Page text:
Water restrictions, drought, and changing norms about lawns mean it is easier to paint a lawn green:
Painted lawns are becoming more popular as inflation-strained households try to save money, drought complicates water usage and severe storms have brought ice and freezing rain to swaths of the South, turning lawns a blah brown. This niche business sector has grown, well, like weeds, with lots of landscapers, professional training and an array of shades to choose from…
While Mr. Gavelek’s lawn-care company, Fertizona, has been selling green lawn paint for a decade, he said he is getting far more calls this year from landscaping companies, homeowner associations and residents curious about painting, in an effort to cut down on expenses and save water…
Brian Howland, 53, who paints yards in the Phoenix area part-time with his son, said you can get a dormant lawn to look realistic with paint, for an average cost of $250 to $350. The only problem is, it doesn’t feel as good as it looks…
Geoponics Corp. makes popular pigments including “Fairway,” a dark green which it says has a “see it from the moon” effect and “Perennial Rye,” inspired by golf courses of Augusta, Ga. Brad Driggers, a sales manager, travels the country helping paint users understand the correct mixing ratios. He said landscaping companies or golf course turf managers may use tractors with long attachments to spray big areas, while a person at home could use a gallon jug with a small attachment.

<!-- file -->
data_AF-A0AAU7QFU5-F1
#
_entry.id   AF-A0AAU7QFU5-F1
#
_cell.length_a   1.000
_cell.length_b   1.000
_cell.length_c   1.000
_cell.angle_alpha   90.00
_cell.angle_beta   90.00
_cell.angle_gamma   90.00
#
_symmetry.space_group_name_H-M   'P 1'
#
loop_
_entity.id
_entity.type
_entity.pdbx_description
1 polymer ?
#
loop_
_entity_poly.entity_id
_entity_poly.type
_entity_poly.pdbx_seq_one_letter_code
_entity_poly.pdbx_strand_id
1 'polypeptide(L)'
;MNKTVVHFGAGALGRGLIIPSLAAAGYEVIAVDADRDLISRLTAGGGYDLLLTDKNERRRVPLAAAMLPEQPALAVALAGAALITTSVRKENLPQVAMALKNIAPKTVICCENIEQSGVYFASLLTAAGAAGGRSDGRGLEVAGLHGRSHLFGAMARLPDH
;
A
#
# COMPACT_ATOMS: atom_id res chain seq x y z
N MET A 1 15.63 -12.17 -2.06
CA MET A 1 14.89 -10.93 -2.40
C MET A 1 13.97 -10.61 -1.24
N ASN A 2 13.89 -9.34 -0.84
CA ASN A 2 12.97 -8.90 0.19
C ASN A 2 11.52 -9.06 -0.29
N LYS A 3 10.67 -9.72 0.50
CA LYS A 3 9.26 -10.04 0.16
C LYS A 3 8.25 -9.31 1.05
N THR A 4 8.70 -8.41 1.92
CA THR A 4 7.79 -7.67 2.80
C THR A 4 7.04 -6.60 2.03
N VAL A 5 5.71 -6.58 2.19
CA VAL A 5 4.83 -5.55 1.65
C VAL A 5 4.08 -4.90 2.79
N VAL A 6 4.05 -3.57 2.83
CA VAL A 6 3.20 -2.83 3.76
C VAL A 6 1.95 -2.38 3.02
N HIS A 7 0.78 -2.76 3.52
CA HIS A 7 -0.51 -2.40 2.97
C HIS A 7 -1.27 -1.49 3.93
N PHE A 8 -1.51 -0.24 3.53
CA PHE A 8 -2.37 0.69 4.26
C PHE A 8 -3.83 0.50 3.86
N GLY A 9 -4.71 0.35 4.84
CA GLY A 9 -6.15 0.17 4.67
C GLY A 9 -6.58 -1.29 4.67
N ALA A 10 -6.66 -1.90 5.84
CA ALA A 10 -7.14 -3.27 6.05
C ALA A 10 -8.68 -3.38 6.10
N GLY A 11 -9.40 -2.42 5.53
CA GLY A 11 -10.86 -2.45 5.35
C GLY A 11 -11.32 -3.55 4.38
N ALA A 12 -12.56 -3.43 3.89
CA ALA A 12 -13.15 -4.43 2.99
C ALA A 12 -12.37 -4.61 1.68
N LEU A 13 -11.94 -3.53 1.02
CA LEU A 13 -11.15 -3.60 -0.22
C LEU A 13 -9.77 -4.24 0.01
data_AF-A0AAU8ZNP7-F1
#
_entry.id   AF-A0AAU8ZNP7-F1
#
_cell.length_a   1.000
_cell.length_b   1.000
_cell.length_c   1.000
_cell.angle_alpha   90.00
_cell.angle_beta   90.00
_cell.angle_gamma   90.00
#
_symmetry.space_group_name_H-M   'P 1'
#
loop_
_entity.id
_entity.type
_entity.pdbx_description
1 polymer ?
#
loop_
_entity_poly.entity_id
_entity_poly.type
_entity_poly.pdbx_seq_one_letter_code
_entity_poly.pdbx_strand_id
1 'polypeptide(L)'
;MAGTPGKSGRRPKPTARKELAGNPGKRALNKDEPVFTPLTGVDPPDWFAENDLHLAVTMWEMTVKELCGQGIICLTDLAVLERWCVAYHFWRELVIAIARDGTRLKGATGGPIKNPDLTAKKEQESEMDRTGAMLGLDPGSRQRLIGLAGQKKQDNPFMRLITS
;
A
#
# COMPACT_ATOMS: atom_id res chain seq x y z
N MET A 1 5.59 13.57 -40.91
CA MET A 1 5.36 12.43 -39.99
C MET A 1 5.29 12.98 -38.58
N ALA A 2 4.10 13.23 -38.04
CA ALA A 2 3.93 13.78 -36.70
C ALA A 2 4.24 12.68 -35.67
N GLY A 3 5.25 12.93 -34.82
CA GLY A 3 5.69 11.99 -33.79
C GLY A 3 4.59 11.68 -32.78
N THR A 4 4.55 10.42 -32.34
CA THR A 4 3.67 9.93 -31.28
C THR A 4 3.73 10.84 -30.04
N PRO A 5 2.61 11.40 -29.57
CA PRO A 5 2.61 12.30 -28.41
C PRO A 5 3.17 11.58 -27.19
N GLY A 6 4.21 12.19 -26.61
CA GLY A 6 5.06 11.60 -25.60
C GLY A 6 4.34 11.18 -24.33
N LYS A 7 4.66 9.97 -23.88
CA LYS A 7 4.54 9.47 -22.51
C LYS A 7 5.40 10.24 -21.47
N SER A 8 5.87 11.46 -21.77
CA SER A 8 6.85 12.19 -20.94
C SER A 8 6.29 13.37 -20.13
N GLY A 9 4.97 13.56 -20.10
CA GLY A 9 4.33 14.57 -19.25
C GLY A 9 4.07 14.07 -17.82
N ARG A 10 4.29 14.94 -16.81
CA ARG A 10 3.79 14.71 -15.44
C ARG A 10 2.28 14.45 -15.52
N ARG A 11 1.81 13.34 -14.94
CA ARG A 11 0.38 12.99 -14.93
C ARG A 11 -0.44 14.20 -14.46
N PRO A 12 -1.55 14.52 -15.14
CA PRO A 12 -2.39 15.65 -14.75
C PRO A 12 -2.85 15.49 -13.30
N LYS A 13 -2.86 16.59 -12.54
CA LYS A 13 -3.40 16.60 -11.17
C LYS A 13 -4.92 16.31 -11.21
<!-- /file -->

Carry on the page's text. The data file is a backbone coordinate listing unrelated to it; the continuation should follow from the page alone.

The article is frustratingly short on numbers. How many lawns are being painted? How big is this industry?
Without these numbers, it is hard to know whether this is a serious threat to the green, well-watered American lawn or not. Or, is this primarily a regional variation on the lawn with significant numbers in the Southwest but nowhere else?
At this point, it is hard to imagine this spreading widely beyond a region or particular uses (sports fields are cited in the article). Even in the Southwest, is this the preferred option compared to removing the grass all together and going with other plantings or rocks? Painting seems like a temporary step where property owners hope the lawn comes back eventually.
Another approach to all of this: perhaps people will stop caring if their lawn is green or not. Why pay for painting if lots of people have brown lawns?
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